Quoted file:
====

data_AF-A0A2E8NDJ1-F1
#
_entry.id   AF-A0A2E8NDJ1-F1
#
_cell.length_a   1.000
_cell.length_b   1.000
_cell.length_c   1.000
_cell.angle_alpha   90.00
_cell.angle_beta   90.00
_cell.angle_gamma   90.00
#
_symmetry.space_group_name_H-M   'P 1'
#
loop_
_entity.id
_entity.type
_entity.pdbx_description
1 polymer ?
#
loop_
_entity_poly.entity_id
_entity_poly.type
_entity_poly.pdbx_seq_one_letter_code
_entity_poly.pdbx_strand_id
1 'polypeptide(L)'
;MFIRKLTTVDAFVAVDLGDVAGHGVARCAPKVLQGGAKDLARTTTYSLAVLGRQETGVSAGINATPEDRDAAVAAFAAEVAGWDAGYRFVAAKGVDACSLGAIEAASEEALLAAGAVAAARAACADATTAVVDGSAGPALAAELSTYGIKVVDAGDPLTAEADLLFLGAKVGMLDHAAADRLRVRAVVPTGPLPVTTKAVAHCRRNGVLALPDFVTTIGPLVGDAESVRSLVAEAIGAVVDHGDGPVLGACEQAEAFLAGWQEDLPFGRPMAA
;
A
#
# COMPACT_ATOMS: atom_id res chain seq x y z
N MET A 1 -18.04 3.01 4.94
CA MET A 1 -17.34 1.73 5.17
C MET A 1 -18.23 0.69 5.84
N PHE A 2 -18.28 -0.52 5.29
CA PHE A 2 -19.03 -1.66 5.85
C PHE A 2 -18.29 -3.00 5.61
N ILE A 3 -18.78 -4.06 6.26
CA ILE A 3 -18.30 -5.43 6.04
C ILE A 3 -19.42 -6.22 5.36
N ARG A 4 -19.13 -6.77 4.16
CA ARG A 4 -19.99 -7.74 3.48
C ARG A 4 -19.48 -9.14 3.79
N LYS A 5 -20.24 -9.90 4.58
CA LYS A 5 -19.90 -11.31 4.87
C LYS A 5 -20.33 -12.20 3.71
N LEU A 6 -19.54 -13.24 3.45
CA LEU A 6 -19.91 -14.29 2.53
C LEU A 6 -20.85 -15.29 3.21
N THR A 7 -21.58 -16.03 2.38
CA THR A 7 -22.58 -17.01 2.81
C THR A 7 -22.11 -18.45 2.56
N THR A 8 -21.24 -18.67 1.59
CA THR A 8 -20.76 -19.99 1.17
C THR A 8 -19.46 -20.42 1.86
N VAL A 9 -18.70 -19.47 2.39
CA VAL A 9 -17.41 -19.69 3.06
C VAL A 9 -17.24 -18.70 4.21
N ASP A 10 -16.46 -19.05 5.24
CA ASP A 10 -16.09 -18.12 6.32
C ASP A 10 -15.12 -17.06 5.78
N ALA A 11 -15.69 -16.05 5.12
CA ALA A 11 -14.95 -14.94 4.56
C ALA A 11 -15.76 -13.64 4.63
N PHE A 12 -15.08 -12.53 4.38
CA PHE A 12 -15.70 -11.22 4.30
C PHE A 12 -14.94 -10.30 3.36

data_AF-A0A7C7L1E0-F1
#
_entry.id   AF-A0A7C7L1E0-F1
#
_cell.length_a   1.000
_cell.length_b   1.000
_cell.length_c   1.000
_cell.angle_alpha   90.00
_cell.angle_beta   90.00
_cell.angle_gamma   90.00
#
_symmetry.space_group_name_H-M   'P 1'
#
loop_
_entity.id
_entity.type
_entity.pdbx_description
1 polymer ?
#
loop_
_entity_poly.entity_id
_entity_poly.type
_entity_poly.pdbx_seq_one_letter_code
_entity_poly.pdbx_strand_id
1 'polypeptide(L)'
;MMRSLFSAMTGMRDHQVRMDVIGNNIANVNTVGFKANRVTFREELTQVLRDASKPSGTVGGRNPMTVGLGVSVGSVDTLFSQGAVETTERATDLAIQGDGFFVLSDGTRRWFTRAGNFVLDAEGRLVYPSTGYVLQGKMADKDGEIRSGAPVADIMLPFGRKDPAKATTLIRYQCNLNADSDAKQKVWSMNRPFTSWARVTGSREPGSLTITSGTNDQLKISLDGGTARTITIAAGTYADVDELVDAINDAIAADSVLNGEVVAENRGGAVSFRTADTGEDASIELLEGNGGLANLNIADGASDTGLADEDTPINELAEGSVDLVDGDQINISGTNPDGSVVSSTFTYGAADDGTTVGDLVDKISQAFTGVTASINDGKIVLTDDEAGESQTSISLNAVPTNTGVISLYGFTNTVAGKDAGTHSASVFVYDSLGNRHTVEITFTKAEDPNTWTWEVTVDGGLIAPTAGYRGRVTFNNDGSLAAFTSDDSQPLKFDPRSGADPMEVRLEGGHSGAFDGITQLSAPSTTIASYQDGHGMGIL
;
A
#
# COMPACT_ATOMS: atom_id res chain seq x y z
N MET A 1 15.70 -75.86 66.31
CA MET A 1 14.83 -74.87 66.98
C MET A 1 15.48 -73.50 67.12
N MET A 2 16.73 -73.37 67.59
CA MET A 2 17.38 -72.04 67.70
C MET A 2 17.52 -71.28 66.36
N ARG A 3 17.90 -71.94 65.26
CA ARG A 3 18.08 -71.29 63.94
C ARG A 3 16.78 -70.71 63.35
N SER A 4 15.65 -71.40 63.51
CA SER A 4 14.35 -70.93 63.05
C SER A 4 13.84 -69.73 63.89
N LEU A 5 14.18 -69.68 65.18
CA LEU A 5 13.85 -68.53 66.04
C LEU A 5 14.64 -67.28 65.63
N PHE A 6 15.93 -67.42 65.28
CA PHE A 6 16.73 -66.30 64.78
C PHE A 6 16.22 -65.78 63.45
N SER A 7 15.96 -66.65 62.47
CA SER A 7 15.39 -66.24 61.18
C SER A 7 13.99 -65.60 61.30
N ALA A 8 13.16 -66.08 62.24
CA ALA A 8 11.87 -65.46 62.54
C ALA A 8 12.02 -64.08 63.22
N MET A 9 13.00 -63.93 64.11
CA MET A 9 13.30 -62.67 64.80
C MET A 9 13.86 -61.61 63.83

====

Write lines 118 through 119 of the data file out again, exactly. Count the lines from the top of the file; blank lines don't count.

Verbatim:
N ALA A 8 13.16 -66.08 62.24
CA ALA A 8 11.87 -65.46 62.54